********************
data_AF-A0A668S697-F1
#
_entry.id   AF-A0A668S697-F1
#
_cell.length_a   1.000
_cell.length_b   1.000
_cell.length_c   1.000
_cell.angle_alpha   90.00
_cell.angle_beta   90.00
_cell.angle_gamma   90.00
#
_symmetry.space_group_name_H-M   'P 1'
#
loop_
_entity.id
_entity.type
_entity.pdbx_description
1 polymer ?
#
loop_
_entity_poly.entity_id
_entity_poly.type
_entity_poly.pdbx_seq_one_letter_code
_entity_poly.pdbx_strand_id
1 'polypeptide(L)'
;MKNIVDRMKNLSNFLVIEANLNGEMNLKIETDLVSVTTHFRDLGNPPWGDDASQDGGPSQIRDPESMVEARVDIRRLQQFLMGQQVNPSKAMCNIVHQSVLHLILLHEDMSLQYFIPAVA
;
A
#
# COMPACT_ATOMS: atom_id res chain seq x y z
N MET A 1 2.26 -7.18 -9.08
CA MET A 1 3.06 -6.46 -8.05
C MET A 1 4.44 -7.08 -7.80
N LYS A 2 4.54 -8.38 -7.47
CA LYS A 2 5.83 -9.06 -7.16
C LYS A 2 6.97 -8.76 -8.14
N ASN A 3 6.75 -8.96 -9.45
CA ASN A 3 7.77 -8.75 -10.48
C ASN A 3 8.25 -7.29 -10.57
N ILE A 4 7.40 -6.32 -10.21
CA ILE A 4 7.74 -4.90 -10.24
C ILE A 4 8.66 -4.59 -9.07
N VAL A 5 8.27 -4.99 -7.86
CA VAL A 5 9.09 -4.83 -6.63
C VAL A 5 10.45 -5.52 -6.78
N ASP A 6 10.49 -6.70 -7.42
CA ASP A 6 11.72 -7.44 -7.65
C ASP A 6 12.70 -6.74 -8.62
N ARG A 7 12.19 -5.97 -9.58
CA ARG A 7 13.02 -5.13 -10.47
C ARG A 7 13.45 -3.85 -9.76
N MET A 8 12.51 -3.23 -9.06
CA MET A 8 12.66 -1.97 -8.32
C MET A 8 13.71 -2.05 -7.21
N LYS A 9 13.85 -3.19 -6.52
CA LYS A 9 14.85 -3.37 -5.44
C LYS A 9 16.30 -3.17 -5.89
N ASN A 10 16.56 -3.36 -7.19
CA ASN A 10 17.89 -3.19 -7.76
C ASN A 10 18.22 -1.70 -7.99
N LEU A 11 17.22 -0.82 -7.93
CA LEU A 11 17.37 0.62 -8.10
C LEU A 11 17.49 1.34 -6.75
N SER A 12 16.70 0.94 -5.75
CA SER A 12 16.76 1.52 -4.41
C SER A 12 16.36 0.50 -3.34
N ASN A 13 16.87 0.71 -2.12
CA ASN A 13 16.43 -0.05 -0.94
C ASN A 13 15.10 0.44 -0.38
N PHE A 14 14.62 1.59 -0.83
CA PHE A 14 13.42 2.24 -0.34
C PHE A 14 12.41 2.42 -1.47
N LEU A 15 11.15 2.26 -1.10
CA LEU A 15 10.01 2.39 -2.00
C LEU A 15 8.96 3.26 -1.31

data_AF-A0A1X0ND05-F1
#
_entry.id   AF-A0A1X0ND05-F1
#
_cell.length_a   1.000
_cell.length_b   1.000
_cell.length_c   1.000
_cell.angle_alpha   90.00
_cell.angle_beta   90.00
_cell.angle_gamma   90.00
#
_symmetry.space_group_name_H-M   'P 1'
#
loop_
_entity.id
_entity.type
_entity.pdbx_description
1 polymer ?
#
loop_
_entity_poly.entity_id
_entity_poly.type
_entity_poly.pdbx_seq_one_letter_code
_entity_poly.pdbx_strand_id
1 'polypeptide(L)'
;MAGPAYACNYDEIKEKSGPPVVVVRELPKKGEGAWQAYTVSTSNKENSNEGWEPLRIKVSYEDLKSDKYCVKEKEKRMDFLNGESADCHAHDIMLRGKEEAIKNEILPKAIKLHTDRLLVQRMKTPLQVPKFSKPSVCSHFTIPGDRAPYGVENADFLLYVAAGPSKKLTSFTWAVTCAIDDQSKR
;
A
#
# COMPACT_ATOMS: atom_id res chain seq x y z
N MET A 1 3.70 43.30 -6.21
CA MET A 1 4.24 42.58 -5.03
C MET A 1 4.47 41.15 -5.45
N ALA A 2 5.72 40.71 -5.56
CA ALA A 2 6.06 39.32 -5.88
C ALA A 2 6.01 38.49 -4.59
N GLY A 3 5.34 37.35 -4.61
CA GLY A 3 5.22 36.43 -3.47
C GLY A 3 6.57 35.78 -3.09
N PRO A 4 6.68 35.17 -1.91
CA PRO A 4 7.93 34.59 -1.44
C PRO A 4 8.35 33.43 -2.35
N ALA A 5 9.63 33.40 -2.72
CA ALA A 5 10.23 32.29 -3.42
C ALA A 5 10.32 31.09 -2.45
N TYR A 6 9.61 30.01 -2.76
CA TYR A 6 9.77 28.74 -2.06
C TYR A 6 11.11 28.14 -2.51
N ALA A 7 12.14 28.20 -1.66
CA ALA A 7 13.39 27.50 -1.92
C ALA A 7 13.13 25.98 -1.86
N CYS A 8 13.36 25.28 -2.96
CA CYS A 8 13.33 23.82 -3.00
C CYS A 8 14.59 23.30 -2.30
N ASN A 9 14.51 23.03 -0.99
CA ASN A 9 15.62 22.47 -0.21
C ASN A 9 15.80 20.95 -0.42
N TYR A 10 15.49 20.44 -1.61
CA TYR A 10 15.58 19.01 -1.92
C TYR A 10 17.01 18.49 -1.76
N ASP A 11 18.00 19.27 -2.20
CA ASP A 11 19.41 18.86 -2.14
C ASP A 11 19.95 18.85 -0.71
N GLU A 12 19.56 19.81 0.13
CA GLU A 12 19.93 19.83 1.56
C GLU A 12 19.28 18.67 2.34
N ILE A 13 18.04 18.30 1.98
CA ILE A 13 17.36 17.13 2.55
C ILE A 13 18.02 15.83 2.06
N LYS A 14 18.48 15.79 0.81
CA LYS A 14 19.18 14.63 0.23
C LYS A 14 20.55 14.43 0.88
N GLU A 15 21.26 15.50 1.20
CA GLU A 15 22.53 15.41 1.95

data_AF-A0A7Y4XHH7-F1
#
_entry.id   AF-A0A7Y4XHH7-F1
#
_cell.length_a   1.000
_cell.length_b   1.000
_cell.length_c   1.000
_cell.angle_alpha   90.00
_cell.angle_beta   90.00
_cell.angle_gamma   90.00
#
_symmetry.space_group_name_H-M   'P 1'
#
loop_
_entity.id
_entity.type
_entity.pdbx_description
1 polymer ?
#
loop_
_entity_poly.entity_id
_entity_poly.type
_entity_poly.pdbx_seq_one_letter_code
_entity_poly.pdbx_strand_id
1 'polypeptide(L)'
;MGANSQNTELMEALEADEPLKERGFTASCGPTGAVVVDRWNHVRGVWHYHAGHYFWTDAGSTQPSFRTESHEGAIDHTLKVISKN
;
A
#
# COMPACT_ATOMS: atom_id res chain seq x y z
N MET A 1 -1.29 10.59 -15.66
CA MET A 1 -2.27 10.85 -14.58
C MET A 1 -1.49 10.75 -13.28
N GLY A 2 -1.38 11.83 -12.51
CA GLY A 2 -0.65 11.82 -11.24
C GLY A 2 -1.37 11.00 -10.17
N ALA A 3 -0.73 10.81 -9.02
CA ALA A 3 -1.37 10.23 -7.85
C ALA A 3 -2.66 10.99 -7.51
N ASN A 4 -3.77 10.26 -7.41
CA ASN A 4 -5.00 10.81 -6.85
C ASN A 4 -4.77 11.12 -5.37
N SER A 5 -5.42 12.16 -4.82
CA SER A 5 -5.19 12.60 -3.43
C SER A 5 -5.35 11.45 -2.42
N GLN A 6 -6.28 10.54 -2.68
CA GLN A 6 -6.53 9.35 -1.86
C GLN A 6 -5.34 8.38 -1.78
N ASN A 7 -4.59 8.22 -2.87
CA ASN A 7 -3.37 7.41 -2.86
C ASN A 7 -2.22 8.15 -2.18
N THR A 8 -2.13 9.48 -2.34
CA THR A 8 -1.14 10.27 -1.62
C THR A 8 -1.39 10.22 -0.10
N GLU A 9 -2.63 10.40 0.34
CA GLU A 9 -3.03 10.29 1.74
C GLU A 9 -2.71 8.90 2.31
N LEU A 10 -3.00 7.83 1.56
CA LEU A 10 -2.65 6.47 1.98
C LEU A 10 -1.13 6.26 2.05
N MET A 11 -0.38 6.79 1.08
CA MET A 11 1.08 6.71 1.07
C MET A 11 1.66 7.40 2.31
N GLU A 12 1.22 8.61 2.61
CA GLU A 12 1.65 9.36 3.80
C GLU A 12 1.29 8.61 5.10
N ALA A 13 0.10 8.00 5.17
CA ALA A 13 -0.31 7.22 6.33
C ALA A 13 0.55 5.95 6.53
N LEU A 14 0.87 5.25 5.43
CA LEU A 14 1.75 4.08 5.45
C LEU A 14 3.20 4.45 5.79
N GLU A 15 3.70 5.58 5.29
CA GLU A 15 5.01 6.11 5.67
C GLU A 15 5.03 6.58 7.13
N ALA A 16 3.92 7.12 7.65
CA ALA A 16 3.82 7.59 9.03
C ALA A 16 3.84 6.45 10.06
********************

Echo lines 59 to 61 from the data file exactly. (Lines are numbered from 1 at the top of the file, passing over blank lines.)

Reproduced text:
CA ASN A 10 17.89 -3.19 -7.76
C ASN A 10 18.22 -1.70 -7.99
N LEU A 11 17.22 -0.82 -7.93